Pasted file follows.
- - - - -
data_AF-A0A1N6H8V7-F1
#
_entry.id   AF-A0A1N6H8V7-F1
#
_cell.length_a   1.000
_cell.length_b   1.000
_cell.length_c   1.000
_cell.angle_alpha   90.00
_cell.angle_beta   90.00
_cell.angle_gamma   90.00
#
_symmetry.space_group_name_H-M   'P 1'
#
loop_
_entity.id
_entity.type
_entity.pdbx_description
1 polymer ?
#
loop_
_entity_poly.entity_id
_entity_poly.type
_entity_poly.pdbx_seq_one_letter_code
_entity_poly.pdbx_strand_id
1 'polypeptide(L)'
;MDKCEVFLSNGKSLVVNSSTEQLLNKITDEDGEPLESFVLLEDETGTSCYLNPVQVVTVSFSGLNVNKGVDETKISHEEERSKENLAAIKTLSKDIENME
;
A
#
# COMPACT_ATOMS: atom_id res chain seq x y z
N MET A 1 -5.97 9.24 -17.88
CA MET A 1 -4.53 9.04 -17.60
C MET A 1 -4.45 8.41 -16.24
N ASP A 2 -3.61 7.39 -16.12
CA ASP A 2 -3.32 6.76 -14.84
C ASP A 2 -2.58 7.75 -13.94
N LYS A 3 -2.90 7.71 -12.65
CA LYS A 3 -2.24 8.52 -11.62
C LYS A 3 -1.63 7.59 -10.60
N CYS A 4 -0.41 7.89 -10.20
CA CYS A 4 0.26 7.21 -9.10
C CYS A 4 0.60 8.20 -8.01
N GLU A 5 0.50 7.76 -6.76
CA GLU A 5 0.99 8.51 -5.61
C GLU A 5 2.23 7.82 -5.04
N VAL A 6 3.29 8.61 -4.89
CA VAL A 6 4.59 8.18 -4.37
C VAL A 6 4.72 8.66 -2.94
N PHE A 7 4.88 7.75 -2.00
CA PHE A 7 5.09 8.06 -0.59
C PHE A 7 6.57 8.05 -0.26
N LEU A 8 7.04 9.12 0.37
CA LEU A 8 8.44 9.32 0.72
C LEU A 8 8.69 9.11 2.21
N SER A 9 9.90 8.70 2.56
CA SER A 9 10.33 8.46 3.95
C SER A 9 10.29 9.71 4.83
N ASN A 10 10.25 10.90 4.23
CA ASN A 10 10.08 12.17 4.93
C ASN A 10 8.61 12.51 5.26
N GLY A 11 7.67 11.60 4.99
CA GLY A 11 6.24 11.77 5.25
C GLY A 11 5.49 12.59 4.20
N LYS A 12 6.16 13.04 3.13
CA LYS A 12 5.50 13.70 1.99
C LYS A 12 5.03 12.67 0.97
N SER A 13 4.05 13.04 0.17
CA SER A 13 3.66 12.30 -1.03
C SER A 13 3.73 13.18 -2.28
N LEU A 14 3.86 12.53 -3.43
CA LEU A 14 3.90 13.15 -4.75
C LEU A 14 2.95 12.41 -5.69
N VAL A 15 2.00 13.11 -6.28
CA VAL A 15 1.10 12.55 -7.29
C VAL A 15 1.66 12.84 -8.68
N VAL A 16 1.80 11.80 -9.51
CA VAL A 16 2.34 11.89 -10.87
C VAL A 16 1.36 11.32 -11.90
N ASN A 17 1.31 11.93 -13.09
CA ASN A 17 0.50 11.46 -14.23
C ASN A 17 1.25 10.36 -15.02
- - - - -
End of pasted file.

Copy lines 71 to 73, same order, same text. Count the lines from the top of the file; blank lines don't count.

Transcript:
CA LEU A 14 3.90 13.15 -4.75
C LEU A 14 2.95 12.41 -5.69
N VAL A 15 2.00 13.11 -6.28